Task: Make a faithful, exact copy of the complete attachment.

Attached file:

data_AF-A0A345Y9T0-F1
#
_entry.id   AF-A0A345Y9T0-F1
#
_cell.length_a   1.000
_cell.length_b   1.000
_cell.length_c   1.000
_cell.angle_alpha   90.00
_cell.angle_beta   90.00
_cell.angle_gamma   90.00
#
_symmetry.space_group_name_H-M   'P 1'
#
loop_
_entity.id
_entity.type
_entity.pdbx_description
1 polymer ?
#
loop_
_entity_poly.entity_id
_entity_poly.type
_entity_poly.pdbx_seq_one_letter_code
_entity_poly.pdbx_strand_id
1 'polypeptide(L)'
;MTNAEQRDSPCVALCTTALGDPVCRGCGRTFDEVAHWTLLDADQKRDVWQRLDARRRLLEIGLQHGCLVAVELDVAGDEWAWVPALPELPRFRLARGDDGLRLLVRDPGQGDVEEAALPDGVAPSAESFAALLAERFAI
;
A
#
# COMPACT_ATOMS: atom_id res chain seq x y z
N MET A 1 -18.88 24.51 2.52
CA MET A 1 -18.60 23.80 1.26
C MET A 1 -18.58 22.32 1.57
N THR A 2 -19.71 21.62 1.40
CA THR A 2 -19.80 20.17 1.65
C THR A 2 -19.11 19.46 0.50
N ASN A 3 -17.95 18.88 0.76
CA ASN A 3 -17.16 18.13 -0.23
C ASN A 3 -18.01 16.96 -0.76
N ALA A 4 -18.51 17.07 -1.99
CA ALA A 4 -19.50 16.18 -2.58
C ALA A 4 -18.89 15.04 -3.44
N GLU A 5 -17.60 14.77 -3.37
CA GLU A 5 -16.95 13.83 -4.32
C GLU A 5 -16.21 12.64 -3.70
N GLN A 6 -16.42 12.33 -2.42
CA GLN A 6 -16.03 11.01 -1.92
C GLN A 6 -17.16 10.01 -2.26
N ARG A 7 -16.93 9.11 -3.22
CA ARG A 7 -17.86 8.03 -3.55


data_AF-A0A345Y9T0-F1
#
_entry.id   AF-A0A345Y9T0-F1
#
_cell.length_a   1.000
_cell.length_b   1.000
_cell.length_c   1.000
_cell.angle_alpha   90.00
_cell.angle_beta   90.00
_cell.angle_gamma   90.00
#
_symmetry.space_group_name_H-M   'P 1'
#
loop_
_entity.id
_entity.type
_entity.pdbx_description
1 polymer ?
#
loop_
_entity_poly.entity_id
_entity_poly.type
_entity_poly.pdbx_seq_one_letter_code
_entity_poly.pdbx_strand_id
1 'polypeptide(L)'
;MTNAEQRDSPCVALCTTALGDPVCRGCGRTFDEVAHWTLLDADQKRDVWQRLDARRRLLEIGLQHGCLVAVELDVAGDEWAWVPALPELPRFRLARGDDGLRLLVRDPGQGDVEEAALPDGVAPSAESFAALLAERFAI
;
A
#
# COMPACT_ATOMS: atom_id res chain seq x y z
N MET A 1 -18.88 24.51 2.52
CA MET A 1 -18.60 23.80 1.26
C MET A 1 -18.58 22.32 1.57
N THR A 2 -19.71 21.62 1.40
CA THR A 2 -19.80 20.17 1.65
C THR A 2 -19.11 19.46 0.50
N ASN A 3 -17.95 18.88 0.76
CA ASN A 3 -17.16 18.13 -0.23
C ASN A 3 -18.01 16.96 -0.76
N ALA A 4 -18.51 17.07 -1.99
CA ALA A 4 -19.50 16.18 -2.58
C ALA A 4 -18.89 15.04 -3.44
N GLU A 5 -17.60 14.77 -3.37
CA GLU A 5 -16.95 13.83 -4.32
C GLU A 5 -16.21 12.64 -3.70
N GLN A 6 -16.42 12.33 -2.42
CA GLN A 6 -16.03 11.01 -1.92
C GLN A 6 -17.16 10.01 -2.26
N ARG A 7 -16.93 9.11 -3.22
CA ARG A 7 -17.86 8.03 -3.55